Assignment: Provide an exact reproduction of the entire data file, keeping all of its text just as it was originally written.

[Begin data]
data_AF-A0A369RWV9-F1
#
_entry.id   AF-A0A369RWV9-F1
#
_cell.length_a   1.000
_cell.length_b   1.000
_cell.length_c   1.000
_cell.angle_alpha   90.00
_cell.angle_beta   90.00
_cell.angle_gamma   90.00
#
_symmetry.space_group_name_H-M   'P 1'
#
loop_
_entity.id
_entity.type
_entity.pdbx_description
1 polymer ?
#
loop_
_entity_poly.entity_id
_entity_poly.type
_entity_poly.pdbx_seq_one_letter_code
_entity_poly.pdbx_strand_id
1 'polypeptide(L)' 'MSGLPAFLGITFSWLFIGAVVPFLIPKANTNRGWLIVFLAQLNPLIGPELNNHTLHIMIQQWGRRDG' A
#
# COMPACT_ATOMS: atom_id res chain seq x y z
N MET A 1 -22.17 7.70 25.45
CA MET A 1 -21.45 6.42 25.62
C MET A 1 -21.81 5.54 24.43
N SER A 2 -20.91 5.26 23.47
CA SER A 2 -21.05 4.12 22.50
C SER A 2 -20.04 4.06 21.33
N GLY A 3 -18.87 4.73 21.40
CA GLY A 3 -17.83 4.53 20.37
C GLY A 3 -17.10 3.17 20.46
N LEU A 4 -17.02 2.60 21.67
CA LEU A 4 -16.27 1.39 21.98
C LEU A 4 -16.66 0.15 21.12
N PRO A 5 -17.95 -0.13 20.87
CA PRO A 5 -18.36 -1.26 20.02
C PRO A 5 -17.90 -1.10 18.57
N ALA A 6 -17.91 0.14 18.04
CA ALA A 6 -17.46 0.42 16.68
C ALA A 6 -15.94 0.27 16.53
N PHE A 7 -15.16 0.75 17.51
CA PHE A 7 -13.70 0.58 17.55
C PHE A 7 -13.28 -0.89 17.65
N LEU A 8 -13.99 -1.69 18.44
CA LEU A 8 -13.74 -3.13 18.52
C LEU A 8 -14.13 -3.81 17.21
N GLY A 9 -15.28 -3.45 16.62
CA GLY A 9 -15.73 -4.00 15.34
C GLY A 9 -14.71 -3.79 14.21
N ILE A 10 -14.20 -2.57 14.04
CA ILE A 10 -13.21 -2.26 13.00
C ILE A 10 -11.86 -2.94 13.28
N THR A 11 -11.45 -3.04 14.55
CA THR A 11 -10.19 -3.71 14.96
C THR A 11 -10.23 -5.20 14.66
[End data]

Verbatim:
data_AF-A0A369RWV9-F1
#
_entry.id   AF-A0A369RWV9-F1
#
_cell.length_a   1.000
_cell.length_b   1.000
_cell.length_c   1.000
_cell.angle_alpha   90.00
_cell.angle_beta   90.00
_cell.angle_gamma   90.00
#
_symmetry.space_group_name_H-M   'P 1'
#
loop_
_entity.id
_entity.type
_entity.pdbx_description
1 polymer ?
#
loop_
_entity_poly.entity_id
_entity_poly.type
_entity_poly.pdbx_seq_one_letter_code
_entity_poly.pdbx_strand_id
1 'polypeptide(L)' 'MSGLPAFLGITFSWLFIGAVVPFLIPKANTNRGWLIVFLAQLNPLIGPELNNHTLHIMIQQWGRRDG' A
#
# COMPACT_ATOMS: atom_id res chain seq x y z
N MET A 1 -22.17 7.70 25.45
CA MET A 1 -21.45 6.42 25.62
C MET A 1 -21.81 5.54 24.43
N SER A 2 -20.91 5.26 23.47
CA SER A 2 -21.05 4.12 22.50
C SER A 2 -20.04 4.06 21.33
N GLY A 3 -18.87 4.73 21.40
CA GLY A 3 -17.83 4.53 20.37
C GLY A 3 -17.10 3.17 20.46
N LEU A 4 -17.02 2.60 21.67
CA LEU A 4 -16.27 1.39 21.98
C LEU A 4 -16.66 0.15 21.12
N PRO A 5 -17.95 -0.13 20.87
CA PRO A 5 -18.36 -1.26 20.02
C PRO A 5 -17.90 -1.10 18.57
N ALA A 6 -17.91 0.14 18.04
CA ALA A 6 -17.46 0.42 16.68
C ALA A 6 -15.94 0.27 16.53
N PHE A 7 -15.16 0.75 17.51
CA PHE A 7 -13.70 0.58 17.55
C PHE A 7 -13.28 -0.89 17.65
N LEU A 8 -13.99 -1.69 18.44
CA LEU A 8 -13.74 -3.13 18.52
C LEU A 8 -14.13 -3.81 17.21
N GLY A 9 -15.28 -3.45 16.62
CA GLY A 9 -15.73 -4.00 15.34
C GLY A 9 -14.71 -3.79 14.21
N ILE A 10 -14.20 -2.57 14.04
CA ILE A 10 -13.21 -2.26 13.00
C ILE A 10 -11.86 -2.94 13.28
N THR A 11 -11.45 -3.04 14.55
CA THR A 11 -10.19 -3.71 14.96
C THR A 11 -10.23 -5.20 14.66